A Beginner's Guide to Non-Alcoholic Beverages

Daniel

daniel@psychlinks.com
Administrator

Alcohol sales spiked by as much as 50% when the pandemic hit. This is because most of us, especially Americans, believe that alcohol relaxes us.

However, science has found that it’s more complicated than that. In fact, using alcohol to relieve stress can train the brain to be more anxious during the day. Plus there are lots of other reasons to cut back: better sleep, a thinner waist, a thicker wallet, a longer life… so why don’t we do it?

Most health experts agree that performing this ritual is genuinely beneficial. But they also agree that it actually has nothing to do with alcohol. It’s the act of self-care. Indulging in a good non-alcoholic drink can create the same sense of ease.

The good news is that it’s never been easier. Modern non-alcoholic drinks are sophisticated, widespread and delicious. Whether you’re making an intricate mocktail or popping a kombucha, there’s an exciting array of options that will help you relax, have fun, and explore...

Mocktails are increasingly popular, complex, and legitimately delicious. While most of these are refreshing, fruity and zesty drinks, others bring in teas, botanicals, spiced spirits or bitters into the mix to create a variety of flavors.

If you’re just starting out, you can easily mimic classic cocktails with easy-to-find ingredients:

The Gimlet: All you need is club soda, fresh lime juice and simple syrup

The Mule: Simple syrup, fresh lime juice, ginger beer, ice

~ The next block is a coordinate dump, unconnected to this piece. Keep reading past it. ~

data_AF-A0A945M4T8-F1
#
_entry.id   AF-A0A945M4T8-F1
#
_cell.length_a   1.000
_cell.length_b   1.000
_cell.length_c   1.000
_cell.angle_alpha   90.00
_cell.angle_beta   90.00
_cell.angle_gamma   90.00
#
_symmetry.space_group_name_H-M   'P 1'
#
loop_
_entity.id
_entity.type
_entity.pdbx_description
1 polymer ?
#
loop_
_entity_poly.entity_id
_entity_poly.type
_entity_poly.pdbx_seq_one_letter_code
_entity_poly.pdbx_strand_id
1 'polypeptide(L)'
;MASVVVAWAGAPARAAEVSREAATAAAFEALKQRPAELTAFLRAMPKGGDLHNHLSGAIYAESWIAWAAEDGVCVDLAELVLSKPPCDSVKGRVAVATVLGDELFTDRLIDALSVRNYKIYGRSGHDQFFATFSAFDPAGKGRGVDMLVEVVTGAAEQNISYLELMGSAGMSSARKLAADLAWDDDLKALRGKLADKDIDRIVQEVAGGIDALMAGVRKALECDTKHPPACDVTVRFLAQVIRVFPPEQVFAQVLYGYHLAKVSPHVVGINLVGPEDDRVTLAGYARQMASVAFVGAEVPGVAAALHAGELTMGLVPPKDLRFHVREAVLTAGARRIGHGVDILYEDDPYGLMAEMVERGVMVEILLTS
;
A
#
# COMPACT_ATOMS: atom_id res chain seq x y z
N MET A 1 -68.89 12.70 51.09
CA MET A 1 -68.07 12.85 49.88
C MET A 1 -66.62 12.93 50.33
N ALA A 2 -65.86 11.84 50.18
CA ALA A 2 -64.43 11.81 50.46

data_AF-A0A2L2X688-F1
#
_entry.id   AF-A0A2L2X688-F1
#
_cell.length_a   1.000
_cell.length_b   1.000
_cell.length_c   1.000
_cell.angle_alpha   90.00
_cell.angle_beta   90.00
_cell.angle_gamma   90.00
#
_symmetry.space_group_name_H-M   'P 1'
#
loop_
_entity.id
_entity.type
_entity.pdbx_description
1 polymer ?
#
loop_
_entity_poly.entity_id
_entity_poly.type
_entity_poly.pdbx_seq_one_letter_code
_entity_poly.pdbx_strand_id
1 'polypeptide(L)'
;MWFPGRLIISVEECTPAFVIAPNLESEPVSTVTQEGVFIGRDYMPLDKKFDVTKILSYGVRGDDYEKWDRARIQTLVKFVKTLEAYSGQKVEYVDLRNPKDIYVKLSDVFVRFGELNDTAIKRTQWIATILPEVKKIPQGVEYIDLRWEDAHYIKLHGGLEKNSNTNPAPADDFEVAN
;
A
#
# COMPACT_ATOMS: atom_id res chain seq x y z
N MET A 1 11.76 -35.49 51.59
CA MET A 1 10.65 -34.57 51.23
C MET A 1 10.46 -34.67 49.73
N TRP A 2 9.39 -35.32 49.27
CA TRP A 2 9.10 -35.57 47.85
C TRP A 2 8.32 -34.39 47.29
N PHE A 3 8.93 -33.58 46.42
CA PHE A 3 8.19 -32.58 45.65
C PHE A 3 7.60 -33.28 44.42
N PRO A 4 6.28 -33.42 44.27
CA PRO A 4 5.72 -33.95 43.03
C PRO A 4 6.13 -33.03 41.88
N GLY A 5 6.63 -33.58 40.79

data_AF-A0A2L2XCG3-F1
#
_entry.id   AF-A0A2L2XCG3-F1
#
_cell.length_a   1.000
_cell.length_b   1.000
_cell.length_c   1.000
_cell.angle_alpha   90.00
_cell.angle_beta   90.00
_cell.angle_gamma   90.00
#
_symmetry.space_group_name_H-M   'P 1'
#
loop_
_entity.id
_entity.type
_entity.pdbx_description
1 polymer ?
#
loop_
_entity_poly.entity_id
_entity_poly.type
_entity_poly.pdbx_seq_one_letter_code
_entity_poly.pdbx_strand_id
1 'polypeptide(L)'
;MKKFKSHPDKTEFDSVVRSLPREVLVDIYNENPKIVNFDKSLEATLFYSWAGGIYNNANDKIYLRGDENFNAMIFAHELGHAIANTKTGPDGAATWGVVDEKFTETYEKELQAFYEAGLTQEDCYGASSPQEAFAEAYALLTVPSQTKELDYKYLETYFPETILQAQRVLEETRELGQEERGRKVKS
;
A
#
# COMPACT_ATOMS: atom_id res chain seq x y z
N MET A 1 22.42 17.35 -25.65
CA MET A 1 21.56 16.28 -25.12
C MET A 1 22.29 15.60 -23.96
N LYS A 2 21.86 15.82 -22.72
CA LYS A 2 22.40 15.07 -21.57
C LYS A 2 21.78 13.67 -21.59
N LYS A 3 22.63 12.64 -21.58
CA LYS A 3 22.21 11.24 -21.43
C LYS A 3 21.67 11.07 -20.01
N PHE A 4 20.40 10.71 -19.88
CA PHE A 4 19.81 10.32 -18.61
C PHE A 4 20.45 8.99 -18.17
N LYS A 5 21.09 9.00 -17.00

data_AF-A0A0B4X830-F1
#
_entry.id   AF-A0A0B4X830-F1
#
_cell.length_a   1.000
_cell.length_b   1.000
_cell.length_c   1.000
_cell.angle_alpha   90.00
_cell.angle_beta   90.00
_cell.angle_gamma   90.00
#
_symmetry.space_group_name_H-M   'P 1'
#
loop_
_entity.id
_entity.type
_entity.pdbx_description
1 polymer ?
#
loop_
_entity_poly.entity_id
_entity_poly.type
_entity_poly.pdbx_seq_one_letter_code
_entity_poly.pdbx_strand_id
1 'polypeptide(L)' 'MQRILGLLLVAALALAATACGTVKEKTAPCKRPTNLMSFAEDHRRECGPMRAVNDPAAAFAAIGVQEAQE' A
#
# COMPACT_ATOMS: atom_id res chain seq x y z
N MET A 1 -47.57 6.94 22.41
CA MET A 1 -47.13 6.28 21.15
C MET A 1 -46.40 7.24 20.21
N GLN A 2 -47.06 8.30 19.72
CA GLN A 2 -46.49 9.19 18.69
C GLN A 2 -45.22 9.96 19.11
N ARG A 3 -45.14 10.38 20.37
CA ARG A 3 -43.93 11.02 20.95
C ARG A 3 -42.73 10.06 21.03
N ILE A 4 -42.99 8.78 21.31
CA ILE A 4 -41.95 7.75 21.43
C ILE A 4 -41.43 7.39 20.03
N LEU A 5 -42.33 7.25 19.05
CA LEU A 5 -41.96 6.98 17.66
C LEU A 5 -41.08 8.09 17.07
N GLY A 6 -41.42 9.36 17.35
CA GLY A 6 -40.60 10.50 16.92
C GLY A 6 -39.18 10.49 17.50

The Mojito: Mint leaves, lime juice, simple syrup, club soda

The Paloma: Lime juice, grapefruit juice, agave syrup, sea salt

The key to making non-alcoholic cocktails satisfying is to make them with care...
 

David Baxter PhD

Late Founder
I used to enjoy a glass or two of wine at the end of the day or with a meal, a draft beer on a hot day on the patio, and years ago a good scotch.

But I haven't been able to tolerate alcohol since my first colon cancer diaqgnosis in February 2014: it just makes me feel extremely nauseated, not pleasant at all.

I won't deny that I missed it at first, to the extent that I tried a glass of wine 2 or 3 times in the ensuing months, hoping that maybe my tolerance would have changed. It hadn't so I gave up on that.

I don't even miss it any more. And when I think back to the days when I'd stop at the liquor board on the way home on a Friday evening and come back with 8-10 bottles of wine or so for the week (not just for me; for my CL and me) and my bank account $120-150 or more lighter because I liked good wine, not raunchy cheap stuff, mostly French or German Rhine wines, occasionally a decent Australian brand (never Canadian or US no matter how many times I heard they were much improved — improved from what? turpentine flavored to dismal simulated rubbing alcohol? no thanks).... that's a lot of money per year on booze when you add it up.
 

Daniel

daniel@psychlinks.com
Administrator

So there might be some good news for drinkers, and there's definitely some bad news for drinkers. How does the arithmetic add up? There was a large analysis of 1,286 data sources published in the Lancet in 2018. The authors found that, with a 95% uncertainty interval, the level of alcohol consumption that minimized harm across health outcomes was — drum roll please — zero.

So in summary? The health benefits of drinking alcohol are real, though small enough to be unlikely to noticeably improve your health. The proven detrimental effects of drinking, on the other hand, are definitely noticeable and far outweigh any benefits. So do your own math (if you don't trust the the Lancet), and weigh whatever enjoyment you get against the costs. That's the part Skeptoid can't help you with.
 

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